”You have the lead in my next production.”

That’s how Hedren got the role in what the New York Times called “a horror film that should raise the hackles on the most courageous and put goose-pimples on the toughest hide.”

Donaldson Collection/Getty Images

The filming of Birds was as chilling as the film itself.

“They used real birds. In one scene, 2,000 finches come down the fire place chimney and take over my home. But the worst scene took place in the attic. I’m attacked by crows and gulls. One bird scratched me under the eye and bit my lip. It took six days to film a sequence that lasts only two minutes on film. I was very depressed about the horror of the scene and at the end I collapsed. I stayed in bed for days,” Hedren revealed in 1962.

Following The Birds, Hedren was offered the role in Marnie. “I was amazed that he would offer me this incredible role and that he would have that kind of faith in me,” the stunning actress explained in the book Hitchcock and the Making of Marnie.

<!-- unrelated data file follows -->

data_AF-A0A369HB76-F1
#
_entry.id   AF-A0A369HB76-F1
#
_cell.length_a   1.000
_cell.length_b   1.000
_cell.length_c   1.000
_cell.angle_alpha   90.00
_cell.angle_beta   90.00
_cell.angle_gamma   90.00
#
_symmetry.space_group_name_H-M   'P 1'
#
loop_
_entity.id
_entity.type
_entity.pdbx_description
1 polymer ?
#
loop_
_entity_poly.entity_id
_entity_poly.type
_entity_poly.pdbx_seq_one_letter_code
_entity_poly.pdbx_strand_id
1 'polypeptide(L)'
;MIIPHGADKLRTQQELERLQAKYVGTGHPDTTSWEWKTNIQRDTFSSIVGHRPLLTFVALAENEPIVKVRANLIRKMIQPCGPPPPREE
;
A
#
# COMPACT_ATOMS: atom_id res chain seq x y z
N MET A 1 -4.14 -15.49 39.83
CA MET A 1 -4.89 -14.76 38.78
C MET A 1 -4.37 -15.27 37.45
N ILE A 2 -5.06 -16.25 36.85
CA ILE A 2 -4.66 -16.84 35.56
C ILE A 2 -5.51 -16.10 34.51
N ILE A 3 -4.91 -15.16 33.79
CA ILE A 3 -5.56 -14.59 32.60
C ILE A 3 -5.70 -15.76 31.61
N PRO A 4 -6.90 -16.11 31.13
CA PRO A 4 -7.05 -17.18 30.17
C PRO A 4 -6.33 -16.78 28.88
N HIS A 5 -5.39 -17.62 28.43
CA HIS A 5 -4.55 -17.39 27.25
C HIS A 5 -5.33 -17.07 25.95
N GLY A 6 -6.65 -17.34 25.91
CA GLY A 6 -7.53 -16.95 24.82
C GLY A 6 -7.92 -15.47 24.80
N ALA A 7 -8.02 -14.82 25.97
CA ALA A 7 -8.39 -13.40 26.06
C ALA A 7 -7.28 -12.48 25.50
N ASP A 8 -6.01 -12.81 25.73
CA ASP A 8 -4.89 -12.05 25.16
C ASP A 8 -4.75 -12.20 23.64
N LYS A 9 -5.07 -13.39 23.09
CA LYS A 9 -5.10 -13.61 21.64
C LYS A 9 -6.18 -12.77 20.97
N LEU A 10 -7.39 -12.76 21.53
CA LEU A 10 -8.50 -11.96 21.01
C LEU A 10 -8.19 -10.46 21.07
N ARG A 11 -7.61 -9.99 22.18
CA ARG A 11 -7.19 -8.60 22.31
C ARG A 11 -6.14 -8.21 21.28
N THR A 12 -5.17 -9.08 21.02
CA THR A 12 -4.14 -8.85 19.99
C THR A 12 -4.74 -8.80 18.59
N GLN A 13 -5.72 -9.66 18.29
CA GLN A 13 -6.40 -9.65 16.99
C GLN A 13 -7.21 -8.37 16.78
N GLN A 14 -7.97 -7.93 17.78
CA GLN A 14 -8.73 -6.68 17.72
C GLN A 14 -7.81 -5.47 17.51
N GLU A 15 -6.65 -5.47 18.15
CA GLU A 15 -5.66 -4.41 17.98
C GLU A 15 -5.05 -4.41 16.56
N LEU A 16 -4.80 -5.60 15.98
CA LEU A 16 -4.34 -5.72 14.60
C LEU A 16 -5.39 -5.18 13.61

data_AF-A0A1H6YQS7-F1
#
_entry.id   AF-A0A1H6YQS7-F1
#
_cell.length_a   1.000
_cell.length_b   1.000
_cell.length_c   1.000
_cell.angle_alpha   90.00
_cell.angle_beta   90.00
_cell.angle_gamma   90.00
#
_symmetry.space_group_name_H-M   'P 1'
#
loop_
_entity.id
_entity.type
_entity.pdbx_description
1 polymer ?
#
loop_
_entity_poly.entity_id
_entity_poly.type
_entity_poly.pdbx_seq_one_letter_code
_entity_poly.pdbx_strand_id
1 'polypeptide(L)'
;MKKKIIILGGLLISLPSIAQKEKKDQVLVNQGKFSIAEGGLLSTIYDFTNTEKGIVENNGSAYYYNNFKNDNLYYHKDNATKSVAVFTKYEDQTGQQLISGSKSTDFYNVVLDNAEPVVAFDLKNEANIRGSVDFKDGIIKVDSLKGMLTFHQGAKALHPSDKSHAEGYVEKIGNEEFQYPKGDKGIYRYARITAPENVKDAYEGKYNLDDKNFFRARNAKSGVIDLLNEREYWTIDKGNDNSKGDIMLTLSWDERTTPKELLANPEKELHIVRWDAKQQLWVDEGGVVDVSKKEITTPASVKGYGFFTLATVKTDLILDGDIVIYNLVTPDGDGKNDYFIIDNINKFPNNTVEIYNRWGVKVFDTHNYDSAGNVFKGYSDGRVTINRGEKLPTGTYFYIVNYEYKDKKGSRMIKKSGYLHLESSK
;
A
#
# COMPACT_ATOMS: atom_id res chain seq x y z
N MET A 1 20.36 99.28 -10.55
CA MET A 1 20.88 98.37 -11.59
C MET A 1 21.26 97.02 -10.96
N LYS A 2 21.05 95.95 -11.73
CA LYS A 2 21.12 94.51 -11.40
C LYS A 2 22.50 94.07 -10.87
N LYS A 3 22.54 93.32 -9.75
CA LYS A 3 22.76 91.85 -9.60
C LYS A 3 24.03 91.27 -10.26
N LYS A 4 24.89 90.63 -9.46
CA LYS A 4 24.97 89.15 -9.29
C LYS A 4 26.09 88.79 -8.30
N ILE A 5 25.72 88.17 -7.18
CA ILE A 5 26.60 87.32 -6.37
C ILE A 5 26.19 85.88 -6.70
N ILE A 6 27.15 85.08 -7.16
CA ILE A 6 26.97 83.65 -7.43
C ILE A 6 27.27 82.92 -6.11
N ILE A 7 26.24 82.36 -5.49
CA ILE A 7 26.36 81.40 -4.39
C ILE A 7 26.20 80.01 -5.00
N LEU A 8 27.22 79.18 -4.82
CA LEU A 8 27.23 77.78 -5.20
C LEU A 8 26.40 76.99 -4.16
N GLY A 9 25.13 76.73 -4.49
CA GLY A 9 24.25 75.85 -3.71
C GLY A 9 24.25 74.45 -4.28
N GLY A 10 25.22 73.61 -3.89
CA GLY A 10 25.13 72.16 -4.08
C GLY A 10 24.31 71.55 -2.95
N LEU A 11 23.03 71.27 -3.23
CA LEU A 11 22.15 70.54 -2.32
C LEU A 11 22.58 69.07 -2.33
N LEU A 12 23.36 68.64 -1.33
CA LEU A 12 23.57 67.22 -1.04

Wikipedia Commons

Although it seemed that Hedren’s career would skyrocket even further, her relationship with the famous director sort of crumbled because “[Hitchcock] was too possessive and too demanding. I cannot be possessed by anyone. But, then, that’s my own hangup,” the actress said in 1973.

Donald Spoto revealed more details regarding Hedren and Hitchcock’s relationship in his book The Dark Side of Genius which he published in 1983. According to him, the director wanted to have a say about what Hedren should eat, who she should be around, and how she lived her life. He even asked from the crew to stay away from her when they weren’t filming. Suddenly, she felt completely isolated.

“Hitch was becoming very domineering and covetous of ‘Tippi,’ and it was very difficult for her. No one was permitted to come physically close to her during the production. ‘Don’t touch the girl after I call “Cut!”‘ he said to me repeatedly,” Rod Taylor, co-star in The Birds, revealed in the book.

Tippi Hedren and Sean Connery in Marnie (1964).

Herden herself revealed, “Everyone -— I mean everyone -— knew he was obsessed with me. He always wanted a glass of wine or champagne, with me alone, at the end of the day. He was really isolating me from everyone.”